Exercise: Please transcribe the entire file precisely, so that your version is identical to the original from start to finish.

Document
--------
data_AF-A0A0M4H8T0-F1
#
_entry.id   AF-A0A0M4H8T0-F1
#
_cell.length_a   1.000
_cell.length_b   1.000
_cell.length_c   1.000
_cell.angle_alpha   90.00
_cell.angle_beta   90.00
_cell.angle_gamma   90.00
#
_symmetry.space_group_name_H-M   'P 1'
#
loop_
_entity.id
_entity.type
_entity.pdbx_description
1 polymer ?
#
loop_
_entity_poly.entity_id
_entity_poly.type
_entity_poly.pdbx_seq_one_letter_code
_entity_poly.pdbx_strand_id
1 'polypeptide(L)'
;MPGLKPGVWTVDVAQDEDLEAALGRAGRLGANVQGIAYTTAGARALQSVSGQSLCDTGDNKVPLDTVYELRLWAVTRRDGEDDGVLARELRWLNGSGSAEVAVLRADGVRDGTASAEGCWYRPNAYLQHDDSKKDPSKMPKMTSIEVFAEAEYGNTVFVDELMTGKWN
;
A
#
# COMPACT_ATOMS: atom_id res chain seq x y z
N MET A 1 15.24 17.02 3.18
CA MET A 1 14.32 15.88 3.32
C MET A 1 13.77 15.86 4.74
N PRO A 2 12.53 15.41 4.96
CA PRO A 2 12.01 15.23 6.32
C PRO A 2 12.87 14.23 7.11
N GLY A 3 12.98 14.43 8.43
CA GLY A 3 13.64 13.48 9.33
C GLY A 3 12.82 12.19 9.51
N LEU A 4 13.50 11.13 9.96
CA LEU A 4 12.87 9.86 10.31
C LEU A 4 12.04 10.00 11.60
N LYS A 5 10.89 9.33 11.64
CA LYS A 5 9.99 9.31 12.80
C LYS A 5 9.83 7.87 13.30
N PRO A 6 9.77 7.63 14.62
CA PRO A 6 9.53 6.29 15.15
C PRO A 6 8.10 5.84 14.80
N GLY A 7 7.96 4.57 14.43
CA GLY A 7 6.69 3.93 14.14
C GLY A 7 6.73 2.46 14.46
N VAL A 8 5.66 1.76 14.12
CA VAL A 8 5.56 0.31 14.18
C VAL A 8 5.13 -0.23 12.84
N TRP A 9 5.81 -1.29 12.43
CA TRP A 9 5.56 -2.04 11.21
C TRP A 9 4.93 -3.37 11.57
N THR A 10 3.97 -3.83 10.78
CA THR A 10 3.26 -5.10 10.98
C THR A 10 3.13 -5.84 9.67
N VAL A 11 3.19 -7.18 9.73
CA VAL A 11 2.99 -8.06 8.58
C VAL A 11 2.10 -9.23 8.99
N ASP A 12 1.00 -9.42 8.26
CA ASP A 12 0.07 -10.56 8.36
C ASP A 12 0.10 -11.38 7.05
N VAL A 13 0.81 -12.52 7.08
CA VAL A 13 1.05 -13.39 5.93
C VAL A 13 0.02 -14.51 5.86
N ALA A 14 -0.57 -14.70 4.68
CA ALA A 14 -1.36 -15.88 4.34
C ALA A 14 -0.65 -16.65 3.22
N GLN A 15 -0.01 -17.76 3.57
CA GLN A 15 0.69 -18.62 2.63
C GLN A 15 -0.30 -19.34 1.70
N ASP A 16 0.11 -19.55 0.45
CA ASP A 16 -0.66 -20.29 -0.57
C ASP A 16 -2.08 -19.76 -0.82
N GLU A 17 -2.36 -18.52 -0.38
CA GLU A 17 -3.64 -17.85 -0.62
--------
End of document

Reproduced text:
data_AF-A0A0M4H8T0-F1
#
_entry.id   AF-A0A0M4H8T0-F1
#
_cell.length_a   1.000
_cell.length_b   1.000
_cell.length_c   1.000
_cell.angle_alpha   90.00
_cell.angle_beta   90.00
_cell.angle_gamma   90.00
#
_symmetry.space_group_name_H-M   'P 1'
#
loop_
_entity.id
_entity.type
_entity.pdbx_description
1 polymer ?
#
loop_
_entity_poly.entity_id
_entity_poly.type
_entity_poly.pdbx_seq_one_letter_code
_entity_poly.pdbx_strand_id
1 'polypeptide(L)'
;MPGLKPGVWTVDVAQDEDLEAALGRAGRLGANVQGIAYTTAGARALQSVSGQSLCDTGDNKVPLDTVYELRLWAVTRRDGEDDGVLARELRWLNGSGSAEVAVLRADGVRDGTASAEGCWYRPNAYLQHDDSKKDPSKMPKMTSIEVFAEAEYGNTVFVDELMTGKWN
;
A
#
# COMPACT_ATOMS: atom_id res chain seq x y z
N MET A 1 15.24 17.02 3.18
CA MET A 1 14.32 15.88 3.32
C MET A 1 13.77 15.86 4.74
N PRO A 2 12.53 15.41 4.96
CA PRO A 2 12.01 15.23 6.32
C PRO A 2 12.87 14.23 7.11
N GLY A 3 12.98 14.43 8.43
CA GLY A 3 13.64 13.48 9.33
C GLY A 3 12.82 12.19 9.51
N LEU A 4 13.50 11.13 9.96
CA LEU A 4 12.87 9.86 10.31
C LEU A 4 12.04 10.00 11.60
N LYS A 5 10.89 9.33 11.64
CA LYS A 5 9.99 9.31 12.80
C LYS A 5 9.83 7.87 13.30
N PRO A 6 9.77 7.63 14.62
CA PRO A 6 9.53 6.29 15.15
C PRO A 6 8.10 5.84 14.80
N GLY A 7 7.96 4.57 14.43
CA GLY A 7 6.69 3.93 14.14
C GLY A 7 6.73 2.46 14.46
N VAL A 8 5.66 1.76 14.12
CA VAL A 8 5.56 0.31 14.18
C VAL A 8 5.13 -0.23 12.84
N TRP A 9 5.81 -1.29 12.43
CA TRP A 9 5.56 -2.04 11.21
C TRP A 9 4.93 -3.37 11.57
N THR A 10 3.97 -3.83 10.78
CA THR A 10 3.26 -5.10 10.98
C THR A 10 3.13 -5.84 9.67
N VAL A 11 3.19 -7.18 9.73
CA VAL A 11 2.99 -8.06 8.58
C VAL A 11 2.10 -9.23 8.99
N ASP A 12 1.00 -9.42 8.26
CA ASP A 12 0.07 -10.56 8.36
C ASP A 12 0.10 -11.38 7.05
N VAL A 13 0.81 -12.52 7.08
CA VAL A 13 1.05 -13.39 5.93
C VAL A 13 0.02 -14.51 5.86
N ALA A 14 -0.57 -14.70 4.68
CA ALA A 14 -1.36 -15.88 4.34
C ALA A 14 -0.65 -16.65 3.22
N GLN A 15 -0.01 -17.76 3.57
CA GLN A 15 0.69 -18.62 2.63
C GLN A 15 -0.30 -19.34 1.70
N ASP A 16 0.11 -19.55 0.45
CA ASP A 16 -0.66 -20.29 -0.57
C ASP A 16 -2.08 -19.76 -0.82
N GLU A 17 -2.36 -18.52 -0.38
CA GLU A 17 -3.64 -17.85 -0.62